Amazon battles fake reviews

Amazon Sellers Found ‘Review Merging’ To Boost Sales & Mislead Customers


Leading consumer magazine Which? has found a worrying number of Amazon sellers taking part in something they are calling ‘Review Merging’ in order to boost sales of products whilst misleading potential buyers. Which? specifically pointed out the practice was rife in the headphones category on Amazon.

Which? has found that 9 of the 10 highest-rated headphones on the Amazon site were carrying glowing reviews that were actually for products such as cuddly toys, jigsaw puzzles, and umbrellas. These products also included two that carried the “Amazon’s choice” mark of approval. They clarified that the nine were little-known brands, while just one established brand, Bose, which was rated eighth, did not show any signs of review abuse.

Speaking from personal experience I also witnessed this firsthand a few months ago when looking for a replacement pair of headphones. I recall seeing a review that caught my attention which was along the lines of someone’s daughter loved cuddling it at bedtime and it helped her sleep. I did think this was weird for a pair of Bluetooth headphones but thought it must have been a review left in error for the wrong product. I have since been back to try and find this review, but have been unable to do so.

Whilst merging reviews is allowed for products that share variations, usually such as colors and size options in the fashion categories. Merging reviews for totally unrelated products is against Amazon’s terms and conditions.

“Unscrupulous businesses are exploiting weaknesses with Amazon’s review system, leaving shoppers at risk of buying products boosted by thousands of bogus five-star reviews,”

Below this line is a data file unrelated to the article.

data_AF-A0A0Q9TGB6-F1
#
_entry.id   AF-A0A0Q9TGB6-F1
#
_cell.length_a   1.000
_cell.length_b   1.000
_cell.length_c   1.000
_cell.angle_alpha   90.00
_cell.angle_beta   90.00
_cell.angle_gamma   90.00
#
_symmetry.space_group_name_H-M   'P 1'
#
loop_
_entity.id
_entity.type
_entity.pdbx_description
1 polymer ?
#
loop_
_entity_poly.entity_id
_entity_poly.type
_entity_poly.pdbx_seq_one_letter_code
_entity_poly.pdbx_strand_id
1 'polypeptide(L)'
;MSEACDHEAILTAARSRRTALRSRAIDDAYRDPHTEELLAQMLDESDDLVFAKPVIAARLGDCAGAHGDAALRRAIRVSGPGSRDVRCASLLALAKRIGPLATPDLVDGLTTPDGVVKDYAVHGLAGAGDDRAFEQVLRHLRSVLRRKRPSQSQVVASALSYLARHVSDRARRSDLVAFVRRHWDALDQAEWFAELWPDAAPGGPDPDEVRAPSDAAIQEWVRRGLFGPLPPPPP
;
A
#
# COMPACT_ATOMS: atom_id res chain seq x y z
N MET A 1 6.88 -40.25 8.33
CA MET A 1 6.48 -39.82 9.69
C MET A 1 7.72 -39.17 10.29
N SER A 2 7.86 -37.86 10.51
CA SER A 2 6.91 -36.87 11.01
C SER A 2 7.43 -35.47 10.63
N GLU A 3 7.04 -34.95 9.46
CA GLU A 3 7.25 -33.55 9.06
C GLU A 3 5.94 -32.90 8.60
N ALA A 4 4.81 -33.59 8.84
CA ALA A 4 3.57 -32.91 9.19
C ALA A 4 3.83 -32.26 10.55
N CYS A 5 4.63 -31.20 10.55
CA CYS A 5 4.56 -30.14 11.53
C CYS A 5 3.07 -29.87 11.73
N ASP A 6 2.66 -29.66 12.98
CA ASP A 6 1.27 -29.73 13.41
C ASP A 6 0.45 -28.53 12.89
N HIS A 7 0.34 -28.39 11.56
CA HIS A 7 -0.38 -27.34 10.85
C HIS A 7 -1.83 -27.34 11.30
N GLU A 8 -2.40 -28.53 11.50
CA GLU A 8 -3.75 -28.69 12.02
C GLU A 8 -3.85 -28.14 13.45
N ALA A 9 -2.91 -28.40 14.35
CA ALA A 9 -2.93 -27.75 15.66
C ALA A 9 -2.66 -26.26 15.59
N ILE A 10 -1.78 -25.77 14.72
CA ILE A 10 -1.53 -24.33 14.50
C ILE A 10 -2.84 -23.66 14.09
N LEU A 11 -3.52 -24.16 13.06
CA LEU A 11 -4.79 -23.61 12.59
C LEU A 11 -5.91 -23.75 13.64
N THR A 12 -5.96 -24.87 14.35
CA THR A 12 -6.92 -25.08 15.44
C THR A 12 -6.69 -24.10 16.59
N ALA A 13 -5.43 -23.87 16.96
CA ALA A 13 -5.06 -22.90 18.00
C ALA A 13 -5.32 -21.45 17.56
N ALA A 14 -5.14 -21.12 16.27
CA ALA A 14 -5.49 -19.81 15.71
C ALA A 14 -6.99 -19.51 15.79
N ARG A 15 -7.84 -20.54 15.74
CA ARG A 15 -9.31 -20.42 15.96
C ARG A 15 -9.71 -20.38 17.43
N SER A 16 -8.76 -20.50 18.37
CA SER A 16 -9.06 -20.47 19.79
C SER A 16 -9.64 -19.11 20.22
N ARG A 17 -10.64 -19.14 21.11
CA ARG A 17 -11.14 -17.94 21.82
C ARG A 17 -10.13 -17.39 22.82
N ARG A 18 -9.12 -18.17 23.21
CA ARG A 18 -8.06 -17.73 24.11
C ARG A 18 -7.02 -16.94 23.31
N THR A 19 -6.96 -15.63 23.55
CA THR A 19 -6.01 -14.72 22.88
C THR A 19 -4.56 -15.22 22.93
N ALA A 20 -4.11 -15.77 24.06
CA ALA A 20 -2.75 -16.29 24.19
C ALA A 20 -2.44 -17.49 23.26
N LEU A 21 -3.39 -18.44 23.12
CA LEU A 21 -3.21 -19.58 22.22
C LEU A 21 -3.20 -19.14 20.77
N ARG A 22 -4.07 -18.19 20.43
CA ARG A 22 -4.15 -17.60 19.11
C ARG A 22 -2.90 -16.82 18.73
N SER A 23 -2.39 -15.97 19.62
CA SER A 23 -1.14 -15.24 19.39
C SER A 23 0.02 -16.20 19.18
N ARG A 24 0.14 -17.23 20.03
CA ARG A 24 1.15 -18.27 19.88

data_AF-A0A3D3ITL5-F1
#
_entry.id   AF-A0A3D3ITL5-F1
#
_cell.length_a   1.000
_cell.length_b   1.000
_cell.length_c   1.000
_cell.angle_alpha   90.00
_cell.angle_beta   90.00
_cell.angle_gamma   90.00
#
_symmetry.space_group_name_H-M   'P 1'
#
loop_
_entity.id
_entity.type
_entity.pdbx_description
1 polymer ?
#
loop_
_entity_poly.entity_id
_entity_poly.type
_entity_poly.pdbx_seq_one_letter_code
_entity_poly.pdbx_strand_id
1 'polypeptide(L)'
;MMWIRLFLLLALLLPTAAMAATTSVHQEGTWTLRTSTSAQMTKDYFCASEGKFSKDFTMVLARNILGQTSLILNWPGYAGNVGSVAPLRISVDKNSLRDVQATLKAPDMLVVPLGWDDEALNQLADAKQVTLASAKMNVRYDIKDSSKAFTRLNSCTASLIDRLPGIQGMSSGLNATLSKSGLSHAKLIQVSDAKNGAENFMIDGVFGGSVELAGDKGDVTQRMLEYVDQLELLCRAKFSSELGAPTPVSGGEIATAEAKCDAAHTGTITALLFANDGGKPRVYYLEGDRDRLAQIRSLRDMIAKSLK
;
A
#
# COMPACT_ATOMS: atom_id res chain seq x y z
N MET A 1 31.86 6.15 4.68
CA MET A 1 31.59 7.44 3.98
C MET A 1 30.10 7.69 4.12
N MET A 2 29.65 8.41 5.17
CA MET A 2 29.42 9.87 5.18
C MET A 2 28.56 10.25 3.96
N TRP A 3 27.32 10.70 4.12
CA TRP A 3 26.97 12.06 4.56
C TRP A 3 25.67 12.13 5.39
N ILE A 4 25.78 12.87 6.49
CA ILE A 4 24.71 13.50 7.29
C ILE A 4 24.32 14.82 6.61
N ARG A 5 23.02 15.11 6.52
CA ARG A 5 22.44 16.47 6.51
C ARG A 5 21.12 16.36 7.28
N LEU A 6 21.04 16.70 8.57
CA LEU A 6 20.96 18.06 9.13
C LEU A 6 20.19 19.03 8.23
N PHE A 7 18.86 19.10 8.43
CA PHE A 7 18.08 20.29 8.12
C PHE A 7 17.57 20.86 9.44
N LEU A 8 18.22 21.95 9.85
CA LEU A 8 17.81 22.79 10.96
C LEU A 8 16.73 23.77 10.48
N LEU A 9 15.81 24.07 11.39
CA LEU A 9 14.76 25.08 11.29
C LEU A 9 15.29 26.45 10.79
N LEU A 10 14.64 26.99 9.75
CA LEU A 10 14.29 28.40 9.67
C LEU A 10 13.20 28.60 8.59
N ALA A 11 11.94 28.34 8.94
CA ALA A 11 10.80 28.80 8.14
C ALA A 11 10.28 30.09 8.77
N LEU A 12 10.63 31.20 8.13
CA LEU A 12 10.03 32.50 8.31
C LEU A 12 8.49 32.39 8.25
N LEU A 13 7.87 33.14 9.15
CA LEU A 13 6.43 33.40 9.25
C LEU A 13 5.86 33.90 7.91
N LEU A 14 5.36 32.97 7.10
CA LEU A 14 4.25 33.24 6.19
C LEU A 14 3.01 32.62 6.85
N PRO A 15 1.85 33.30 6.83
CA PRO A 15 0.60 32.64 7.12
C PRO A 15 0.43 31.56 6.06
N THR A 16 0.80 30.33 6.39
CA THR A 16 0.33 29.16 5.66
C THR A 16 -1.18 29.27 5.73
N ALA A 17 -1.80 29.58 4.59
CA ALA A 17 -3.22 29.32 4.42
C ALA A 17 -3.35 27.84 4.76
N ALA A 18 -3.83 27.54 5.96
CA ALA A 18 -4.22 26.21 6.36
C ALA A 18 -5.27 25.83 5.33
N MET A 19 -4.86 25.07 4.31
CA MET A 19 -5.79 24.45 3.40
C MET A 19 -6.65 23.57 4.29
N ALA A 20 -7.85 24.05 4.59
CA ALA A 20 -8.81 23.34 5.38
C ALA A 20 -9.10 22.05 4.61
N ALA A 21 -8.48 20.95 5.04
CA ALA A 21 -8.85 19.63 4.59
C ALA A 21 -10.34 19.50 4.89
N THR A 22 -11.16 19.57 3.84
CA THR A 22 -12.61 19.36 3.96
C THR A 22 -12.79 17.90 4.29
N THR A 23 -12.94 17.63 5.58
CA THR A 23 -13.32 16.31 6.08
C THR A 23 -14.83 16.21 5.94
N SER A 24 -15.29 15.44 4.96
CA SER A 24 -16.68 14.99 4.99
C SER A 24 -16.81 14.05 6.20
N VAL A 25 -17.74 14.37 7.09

Rocio Concha, Director of Policy and Advocacy, Which?.

Further Calls For Regulation Intervention on Amazon

This is not the first time that Amazon has come under fire for questionable reviews on their platform, and whilst they famously took action last year by suspending a huge number of accounts for fake reviews, this problem still persists.

Which? stated that whilst it focused its investigation on just one popular product category, they have also seen the issue across other categories, including smartphone chargers with reviews for surge protectors, tweezers boosted by reviews for non-stick kitchen foil, and blackhead removing nose strips boosted by reviews for wigs.

“Once again, this reinforces the importance of the CMA’s ongoing fake reviews investigation getting to the bottom of the issue and ensuring that major shopping sites are protecting people from these unfair practices.”

Rocio Concha, Director of Policy and Advocacy, Which?.

An Amazon spokesperson did release comment to the BBC regarding this Which? investigation which was as follows.

“We have now taken appropriate enforcement action against the product listings and sellers in question.

“We have clear guardrails in place to prevent products from being incorrectly grouped, either due to human error or abuse.

“Our proactive measures detect and block the vast majority of abuse in our store automatically: however, we are disappointed when bad actors evade our system and we will continue to innovate and invest in our tools and processes.”

Amazon Spokesperson

Whilst the game of cat and mouse continues between unscrupulous sellers and the eCommerce giant, it seems like as governments are taking a keener interest in these events it won’t be much longer before some external factors are brought into play to help rid the bad actors on the eCommerce marketplaces.

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